Apparently, repeated sequences have a function:
As a case in point, consider an article released by New Scientist in July of last year. The writer, Michael Marshall, explains that the “new, more complete version of the human genome” that was released in May of 2021 “has uncovered enormous amounts of genetic variation between people that we couldn’t detect before…. Other studies have suggested that the new genome will finally reveal the functions of seemingly useless, repetitive sequences of ‘Junk DNA.’” Marshall explains that previous technology that was used to sequence the human genome made scientists “blind” to the fact that such sequences are, in fact, useful. After studying sections of the sequence that have DNA that repeat “over and over without interruption,” geneticist of the University of Connecticut Rachel O’Neill said, “Most surprising is the number of repeats and the types of complex repeats…. They’re not just random repeated sequences, they have structure, and that structure can impact the organization of our genome.” Marshall explains, “Many geneticists have long argued that much of this repetitive DNA has no function and is ‘junk.’ However, some parts do seem to play roles—for instance, in regulating the activity of genes.”Jeff Miller, “More Evidence that the “Junk” DNA Argument is Junk” at Apologetics Press (February 7, 2022)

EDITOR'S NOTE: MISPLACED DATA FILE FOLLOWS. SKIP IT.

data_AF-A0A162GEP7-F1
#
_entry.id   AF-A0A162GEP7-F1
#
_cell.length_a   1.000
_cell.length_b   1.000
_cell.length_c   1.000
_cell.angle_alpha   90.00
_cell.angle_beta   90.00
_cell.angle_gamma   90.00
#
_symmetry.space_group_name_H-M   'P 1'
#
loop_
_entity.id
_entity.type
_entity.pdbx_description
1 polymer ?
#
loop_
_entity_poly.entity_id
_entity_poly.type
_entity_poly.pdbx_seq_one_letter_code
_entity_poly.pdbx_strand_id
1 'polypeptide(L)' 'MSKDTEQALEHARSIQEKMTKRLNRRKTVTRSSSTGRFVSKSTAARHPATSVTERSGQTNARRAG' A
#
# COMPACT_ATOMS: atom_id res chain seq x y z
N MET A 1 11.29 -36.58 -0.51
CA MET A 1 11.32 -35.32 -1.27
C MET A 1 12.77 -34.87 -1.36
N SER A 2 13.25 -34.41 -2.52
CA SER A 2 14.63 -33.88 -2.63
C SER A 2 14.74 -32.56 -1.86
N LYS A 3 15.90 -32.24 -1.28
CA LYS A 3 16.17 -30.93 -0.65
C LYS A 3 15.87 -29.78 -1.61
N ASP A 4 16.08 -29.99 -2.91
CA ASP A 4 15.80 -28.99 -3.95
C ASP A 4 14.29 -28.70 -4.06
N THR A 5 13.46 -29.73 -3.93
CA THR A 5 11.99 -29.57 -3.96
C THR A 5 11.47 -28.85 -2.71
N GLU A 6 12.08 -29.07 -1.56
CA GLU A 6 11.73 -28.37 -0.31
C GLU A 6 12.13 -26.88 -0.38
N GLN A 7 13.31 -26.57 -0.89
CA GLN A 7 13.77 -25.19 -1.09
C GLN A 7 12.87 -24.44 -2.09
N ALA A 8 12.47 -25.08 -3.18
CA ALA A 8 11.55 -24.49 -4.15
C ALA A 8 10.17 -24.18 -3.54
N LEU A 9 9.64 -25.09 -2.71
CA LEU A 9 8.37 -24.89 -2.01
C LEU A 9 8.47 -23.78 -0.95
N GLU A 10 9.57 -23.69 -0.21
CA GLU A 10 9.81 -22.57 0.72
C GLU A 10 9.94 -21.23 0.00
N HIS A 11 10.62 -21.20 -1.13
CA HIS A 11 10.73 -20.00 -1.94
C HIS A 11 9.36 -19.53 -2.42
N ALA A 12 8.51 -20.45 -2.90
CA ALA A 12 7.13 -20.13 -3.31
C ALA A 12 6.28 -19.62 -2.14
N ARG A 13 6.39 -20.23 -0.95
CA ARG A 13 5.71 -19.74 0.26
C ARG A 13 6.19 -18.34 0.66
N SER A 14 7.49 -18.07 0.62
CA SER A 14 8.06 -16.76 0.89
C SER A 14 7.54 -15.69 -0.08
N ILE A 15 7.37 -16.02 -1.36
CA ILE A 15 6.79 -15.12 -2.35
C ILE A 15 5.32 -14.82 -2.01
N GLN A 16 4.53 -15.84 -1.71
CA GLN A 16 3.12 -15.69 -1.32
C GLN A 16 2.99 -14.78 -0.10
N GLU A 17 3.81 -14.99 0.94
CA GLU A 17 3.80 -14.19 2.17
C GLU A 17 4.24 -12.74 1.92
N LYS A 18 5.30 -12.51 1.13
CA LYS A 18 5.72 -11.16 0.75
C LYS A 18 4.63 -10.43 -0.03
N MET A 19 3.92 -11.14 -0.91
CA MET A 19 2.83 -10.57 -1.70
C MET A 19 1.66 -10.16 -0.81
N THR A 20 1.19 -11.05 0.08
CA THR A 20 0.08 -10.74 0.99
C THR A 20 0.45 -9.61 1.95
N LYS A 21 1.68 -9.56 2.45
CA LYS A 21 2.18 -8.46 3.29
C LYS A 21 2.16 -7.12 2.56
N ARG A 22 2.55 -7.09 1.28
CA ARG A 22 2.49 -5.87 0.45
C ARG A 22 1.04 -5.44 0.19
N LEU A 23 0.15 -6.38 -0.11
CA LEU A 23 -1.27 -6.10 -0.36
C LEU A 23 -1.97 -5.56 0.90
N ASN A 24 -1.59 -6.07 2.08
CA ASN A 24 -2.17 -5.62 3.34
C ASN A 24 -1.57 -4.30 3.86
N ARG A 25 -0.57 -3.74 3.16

The New Scientist article is Michael Marshall (2021), “Full Human Genome Put to Work,” New Scientist, 251:12. A subscription is required.
You may also wish to read: At Scientific American: Salamander “junk DNA” challenges long-held view of evolution. Douglas Fox at SciAm: The salamanders would be on death’s door if they were human. “Everything about having a large genome is costly,” Wake told me in 2020. Yet salamanders have survived for 200 million years. “So there must be some benefit,” he said. The hunt for those benefits has led to some heretical surprises, potentially turning our understanding of evolution on its head.